Cal Thomas is one of those writers whose agreement with me prompts reconsideration of my position.
For example, imagine finding youself in agreement with someone who could say something like this:
"The Church of Global Warming (CGW) is a cult. A cult has a number of definitions, among them this one from dictionary.com: “A religion or sect considered to be false, unorthodox, or extremist, with members often living outside of conventional society under the direction of a charismatic leader.” Cults wish to control others. Global warming fundamentalists wish to do the same through the power of government."
You've got to love a guy who doesn't even follow his own rules. Those accepting the scientific findings associated with anthropocentric global warming (AGW) are otherwise normal people, they don't constitute anything remotely resembling a church, live among everyone else, and have no leader determining correct doctrine. If you think Al Gore qualifies, you don't understand the issue. AGW is supported by scientific research, not Gorian proclamations. Gore is merely the messenger, albeit a good one.
But towards the end of an otherwise wasteful rhetoric about Jimmy Carter and Al Gores movies, comes a point of view I've often considerd and wondered why it doesn't get dicussed more often:
"Republicans and Democrats repeatedly tell us we rely too much on foreign oil, especially that which comes from a current trouble spot, the Middle East, and that which comes from a potential trouble spot, Venezuela. Might it be possible for the CGW crowd and the Church of Free Enterprise (CFE) to come together for the common purpose of reducing our reliance on foreign oil? CGW fundamentalists would get what they want — a reduced carbon footprint and supposedly lower global temperatures (go ahead and let them believe it) — while CFE parishioners would rejoice that Saudi Arabia’s hold on us (not to mention its use of our money to underwrite terrorism) could be broken.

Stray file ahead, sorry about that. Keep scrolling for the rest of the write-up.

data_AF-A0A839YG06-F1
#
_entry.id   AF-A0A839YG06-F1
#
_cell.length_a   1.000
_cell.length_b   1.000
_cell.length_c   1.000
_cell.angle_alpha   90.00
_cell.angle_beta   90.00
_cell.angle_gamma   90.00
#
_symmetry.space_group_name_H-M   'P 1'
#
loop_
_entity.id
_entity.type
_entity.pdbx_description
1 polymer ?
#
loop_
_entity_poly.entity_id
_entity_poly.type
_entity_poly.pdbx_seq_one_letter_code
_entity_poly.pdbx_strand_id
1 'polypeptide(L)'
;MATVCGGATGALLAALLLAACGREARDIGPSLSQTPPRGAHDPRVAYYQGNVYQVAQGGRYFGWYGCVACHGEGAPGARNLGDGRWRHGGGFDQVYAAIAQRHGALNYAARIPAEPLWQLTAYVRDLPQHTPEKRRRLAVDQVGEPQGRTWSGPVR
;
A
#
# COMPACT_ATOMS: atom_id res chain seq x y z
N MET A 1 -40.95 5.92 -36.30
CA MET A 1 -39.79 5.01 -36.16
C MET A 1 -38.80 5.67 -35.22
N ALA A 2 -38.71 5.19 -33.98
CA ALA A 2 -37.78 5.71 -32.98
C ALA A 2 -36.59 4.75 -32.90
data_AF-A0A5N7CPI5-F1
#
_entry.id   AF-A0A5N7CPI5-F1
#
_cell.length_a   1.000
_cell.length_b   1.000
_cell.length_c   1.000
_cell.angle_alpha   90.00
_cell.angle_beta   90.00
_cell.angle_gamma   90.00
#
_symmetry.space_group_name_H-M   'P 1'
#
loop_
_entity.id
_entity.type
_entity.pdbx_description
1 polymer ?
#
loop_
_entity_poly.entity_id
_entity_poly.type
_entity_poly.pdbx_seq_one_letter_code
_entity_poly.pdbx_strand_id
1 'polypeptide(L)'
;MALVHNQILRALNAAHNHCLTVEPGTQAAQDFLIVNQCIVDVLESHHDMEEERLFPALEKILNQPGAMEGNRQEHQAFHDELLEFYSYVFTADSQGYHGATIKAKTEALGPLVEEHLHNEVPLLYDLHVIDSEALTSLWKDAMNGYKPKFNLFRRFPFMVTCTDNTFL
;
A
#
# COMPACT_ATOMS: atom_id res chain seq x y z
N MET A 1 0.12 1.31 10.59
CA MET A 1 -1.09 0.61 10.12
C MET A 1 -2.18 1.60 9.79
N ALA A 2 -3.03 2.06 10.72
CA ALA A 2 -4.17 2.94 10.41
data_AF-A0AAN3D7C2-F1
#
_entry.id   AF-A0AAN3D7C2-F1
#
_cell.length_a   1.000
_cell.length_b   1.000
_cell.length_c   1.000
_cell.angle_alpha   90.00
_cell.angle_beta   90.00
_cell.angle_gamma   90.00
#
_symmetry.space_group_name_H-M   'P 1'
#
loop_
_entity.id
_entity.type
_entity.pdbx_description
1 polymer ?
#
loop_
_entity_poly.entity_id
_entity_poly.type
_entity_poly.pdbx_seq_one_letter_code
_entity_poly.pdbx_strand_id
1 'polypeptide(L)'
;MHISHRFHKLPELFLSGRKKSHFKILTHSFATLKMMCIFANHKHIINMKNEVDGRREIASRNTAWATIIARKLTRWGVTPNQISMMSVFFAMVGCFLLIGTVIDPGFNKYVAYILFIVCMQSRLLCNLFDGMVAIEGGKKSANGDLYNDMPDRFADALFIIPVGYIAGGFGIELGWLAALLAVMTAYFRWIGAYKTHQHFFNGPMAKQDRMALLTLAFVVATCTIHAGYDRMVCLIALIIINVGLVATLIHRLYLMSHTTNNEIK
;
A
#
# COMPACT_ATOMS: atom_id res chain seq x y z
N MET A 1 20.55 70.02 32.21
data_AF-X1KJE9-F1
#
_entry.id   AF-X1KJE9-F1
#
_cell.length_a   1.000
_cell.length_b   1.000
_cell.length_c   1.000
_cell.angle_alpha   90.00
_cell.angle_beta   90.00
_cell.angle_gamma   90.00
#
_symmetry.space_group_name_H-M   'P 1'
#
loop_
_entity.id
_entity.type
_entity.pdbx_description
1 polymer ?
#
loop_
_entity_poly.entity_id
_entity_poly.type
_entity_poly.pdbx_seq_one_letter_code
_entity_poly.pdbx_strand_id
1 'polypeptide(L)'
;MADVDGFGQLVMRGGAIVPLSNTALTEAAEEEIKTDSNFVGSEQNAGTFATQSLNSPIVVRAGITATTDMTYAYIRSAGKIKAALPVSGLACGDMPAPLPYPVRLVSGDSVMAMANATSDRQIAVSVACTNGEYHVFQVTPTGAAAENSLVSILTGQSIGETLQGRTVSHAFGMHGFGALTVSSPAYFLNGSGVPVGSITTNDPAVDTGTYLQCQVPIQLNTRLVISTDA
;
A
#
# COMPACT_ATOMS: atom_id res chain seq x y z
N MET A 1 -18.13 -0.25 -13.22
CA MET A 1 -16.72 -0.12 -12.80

If we would launch an energy independence program with the intensity of a Marshall Plan for Europe, or a man-on-the-moon project, to liberate ourselves from the petroleum despots by developing synthetic fuels and finding new energy sources closer to home — especially nuclear power — we could strike a blow against the Islamofascists more damaging than bombs and bullets."
Indeed, this is where the Green Party and the Republicans actually come together. The more America goes green, the less we rely on oil from places like Iran, which should reduce the friction between our cultures. So why aren't Global Warming and the War on Terror teaming up on this? The only thing I can think of about the idea is that Cal Thomas likes it, so there must be a flaw somewhere...